The Equinox Makes It Keener

Post Date: September 22nd, 2013


Between my kitchen and family room is a three-foot-square opening. There is a shelf on the ledge of this opening and I keep a couple of plants on it. One is a peace plant rooted in an aqua pot painted with butterflies.

The other is a sky-blue glass vase in the shape of a cradle. It has a wind-up on the bottom which when turned plays a lullaby. It is planted with ivy.

My father-in-law gave it to my mother-in-law when she became a mother. She saved it for when her son’s wife became a mother. I immediately loved the gift. I plan to give it to my daughter when she becomes a mother to continue the vase’s lineage.

I’ve looked at it every day and often felt its sweetness. During these many years the sturdy ivy has thrived.

But something insidiously happened to it. It has slowly been losing its leaves. Yesterday afternoon it occurred to me that it is not coming back.

I immediately thought of my daughter and the imminent move to a new home. She is not coming back.

I of course know this and applaud the upcoming independence. But this mental knowledge did not assuage my sad ache while looking at the ivy.

The equinox makes it all the keener. The beginning of the dark months of the year; the ever closing aperture of light in the evening. Already I feel the aloneness of too much darkness.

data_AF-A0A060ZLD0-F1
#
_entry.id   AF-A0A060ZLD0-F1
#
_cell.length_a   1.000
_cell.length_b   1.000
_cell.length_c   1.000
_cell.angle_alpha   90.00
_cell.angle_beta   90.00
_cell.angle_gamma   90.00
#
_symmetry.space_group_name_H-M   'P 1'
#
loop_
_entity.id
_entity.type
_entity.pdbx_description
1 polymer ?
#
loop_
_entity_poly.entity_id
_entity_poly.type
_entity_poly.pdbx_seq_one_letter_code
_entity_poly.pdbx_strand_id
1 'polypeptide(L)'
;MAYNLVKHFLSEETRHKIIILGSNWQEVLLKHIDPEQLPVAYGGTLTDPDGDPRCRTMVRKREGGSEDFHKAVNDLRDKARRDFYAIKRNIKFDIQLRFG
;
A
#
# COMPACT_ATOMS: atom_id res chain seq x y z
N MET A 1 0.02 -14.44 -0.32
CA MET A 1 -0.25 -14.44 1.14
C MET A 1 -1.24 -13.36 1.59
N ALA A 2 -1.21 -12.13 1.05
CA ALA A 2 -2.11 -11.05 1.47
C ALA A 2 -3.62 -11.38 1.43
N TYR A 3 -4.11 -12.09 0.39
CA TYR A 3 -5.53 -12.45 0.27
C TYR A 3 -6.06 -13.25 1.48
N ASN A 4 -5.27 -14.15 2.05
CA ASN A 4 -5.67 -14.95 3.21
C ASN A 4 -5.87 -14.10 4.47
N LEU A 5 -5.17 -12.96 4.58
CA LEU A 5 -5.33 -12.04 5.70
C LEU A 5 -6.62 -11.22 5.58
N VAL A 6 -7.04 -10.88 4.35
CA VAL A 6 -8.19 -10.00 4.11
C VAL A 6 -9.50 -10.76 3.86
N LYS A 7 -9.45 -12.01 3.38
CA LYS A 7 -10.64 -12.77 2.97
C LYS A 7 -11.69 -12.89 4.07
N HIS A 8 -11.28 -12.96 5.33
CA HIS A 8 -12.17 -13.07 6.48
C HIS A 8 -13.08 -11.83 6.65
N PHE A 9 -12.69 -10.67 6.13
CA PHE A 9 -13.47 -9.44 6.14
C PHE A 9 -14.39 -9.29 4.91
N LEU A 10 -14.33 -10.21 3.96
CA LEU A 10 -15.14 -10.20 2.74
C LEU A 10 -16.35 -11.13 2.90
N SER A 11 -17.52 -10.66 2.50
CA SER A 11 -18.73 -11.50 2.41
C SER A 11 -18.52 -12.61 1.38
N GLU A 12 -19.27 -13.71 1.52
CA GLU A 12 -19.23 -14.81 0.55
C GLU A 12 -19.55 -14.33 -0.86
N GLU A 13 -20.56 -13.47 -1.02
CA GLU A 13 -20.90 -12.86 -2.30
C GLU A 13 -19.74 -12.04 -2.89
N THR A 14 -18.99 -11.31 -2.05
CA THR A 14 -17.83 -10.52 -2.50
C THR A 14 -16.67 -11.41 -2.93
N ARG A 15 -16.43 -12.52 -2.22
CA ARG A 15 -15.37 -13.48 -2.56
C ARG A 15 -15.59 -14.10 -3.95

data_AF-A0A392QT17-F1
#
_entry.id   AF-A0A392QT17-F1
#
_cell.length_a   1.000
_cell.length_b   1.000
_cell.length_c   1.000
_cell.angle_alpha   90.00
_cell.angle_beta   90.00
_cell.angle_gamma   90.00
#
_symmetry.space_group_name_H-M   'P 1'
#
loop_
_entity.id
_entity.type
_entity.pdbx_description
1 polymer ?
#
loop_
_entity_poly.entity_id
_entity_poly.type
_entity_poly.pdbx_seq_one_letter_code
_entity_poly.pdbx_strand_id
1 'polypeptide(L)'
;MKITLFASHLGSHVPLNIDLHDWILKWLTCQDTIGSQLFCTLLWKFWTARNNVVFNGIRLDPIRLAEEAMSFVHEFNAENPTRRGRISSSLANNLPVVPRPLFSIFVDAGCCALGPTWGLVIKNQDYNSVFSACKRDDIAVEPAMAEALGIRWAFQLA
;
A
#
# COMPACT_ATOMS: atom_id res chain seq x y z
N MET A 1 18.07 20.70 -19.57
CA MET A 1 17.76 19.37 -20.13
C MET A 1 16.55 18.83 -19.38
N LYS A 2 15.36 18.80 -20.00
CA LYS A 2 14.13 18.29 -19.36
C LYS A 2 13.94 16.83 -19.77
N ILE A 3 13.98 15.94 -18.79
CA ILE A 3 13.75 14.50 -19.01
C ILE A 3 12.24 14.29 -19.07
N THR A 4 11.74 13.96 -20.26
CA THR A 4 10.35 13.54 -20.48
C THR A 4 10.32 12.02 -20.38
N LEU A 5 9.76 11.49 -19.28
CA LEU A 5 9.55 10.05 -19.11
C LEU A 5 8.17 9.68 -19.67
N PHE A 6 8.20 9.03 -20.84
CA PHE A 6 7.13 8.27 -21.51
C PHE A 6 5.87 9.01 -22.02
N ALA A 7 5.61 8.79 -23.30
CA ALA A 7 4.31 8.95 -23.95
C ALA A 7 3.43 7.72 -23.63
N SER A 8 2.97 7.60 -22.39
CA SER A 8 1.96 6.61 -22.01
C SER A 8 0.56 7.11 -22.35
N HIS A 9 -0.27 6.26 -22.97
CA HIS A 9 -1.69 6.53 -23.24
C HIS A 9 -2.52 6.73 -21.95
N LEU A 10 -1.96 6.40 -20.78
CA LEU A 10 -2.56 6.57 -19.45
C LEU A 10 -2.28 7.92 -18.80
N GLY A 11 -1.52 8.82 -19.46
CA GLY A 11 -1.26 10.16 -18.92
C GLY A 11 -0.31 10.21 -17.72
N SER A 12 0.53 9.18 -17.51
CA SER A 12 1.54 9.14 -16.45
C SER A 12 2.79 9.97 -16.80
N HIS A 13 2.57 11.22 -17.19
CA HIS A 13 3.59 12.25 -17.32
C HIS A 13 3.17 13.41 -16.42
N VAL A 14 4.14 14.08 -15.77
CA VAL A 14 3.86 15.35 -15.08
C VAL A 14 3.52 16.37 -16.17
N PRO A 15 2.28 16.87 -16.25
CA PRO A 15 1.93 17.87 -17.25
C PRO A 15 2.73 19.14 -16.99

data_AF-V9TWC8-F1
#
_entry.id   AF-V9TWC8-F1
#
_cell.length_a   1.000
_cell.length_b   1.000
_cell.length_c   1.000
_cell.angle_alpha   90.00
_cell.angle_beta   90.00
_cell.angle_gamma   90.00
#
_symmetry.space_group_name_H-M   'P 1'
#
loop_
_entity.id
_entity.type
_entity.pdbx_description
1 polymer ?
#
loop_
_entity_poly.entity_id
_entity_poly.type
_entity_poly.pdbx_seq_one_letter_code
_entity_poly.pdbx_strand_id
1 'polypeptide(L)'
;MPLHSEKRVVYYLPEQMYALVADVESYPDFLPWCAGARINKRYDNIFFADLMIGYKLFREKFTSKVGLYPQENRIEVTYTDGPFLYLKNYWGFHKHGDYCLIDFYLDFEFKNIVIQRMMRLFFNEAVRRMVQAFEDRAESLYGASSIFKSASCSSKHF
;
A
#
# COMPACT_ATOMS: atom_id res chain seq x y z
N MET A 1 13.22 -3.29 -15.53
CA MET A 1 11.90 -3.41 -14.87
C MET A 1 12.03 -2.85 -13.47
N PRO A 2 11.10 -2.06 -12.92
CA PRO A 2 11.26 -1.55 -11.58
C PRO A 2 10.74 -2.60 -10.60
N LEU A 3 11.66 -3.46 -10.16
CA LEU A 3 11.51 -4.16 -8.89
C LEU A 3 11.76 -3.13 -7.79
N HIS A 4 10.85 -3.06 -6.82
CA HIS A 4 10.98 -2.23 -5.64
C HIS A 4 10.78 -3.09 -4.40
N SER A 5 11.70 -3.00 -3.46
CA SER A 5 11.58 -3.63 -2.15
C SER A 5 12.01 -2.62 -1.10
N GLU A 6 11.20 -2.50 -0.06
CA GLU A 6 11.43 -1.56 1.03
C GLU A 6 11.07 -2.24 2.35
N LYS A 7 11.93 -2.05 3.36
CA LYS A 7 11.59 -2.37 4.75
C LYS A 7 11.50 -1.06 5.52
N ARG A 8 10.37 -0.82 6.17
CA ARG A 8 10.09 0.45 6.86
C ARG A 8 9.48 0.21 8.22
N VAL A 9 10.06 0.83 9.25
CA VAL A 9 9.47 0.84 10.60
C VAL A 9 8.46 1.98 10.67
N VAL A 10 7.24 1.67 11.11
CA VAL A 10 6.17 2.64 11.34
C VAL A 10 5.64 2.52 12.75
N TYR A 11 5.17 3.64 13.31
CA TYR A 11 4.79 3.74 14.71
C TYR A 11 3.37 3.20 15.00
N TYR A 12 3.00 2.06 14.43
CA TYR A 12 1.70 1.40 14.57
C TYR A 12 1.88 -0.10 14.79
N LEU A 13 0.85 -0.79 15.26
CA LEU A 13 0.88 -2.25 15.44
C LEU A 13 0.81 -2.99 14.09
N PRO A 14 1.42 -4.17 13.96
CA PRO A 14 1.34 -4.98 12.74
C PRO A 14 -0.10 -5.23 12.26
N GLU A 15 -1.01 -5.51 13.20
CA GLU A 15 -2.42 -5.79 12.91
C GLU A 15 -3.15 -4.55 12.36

I muse about
                            The immediate
                            intimacy between a
                            mother and daughter

I keep thinking of ways to help my daughter and her husband with the move. Which is followed shortly by reminding myself that this is their move and they don’t need me overseeing it. Now I realize this kind of thinking is my need to keep the apron strings tied. I am shocked at myself.

How can this be so difficult? They will be living just a mile away. But it’s a permanent shift and my feelings force me to acknowledge this despite my best efforts to suppress them with a flurry of nurturing activities.

The last time I felt the pain of separation was the second time we visited her after she moved into her dorm room at the University of Maryland. During the initial move I was excited for the adventure that awaited her.

When we returned just ten days later for her birthday, the new state of separation hit me in the solar plexus. I cried inconsolably as I realized I had birthed her again but not to my waiting arms.

                            Archetypal maternal pain:
                            birthing my daughter
                            to the wide world
                                                      Sept. 2004

My current sorrow is deep and heavy, and, oddly, not amenable to tears. It is at once inexplicable and understandable. As I bear it, I may need to put away the nearly empty cradle. And figuratively plant some autumn bulbs to greet me with a new perspective at the next equinox, if not sooner.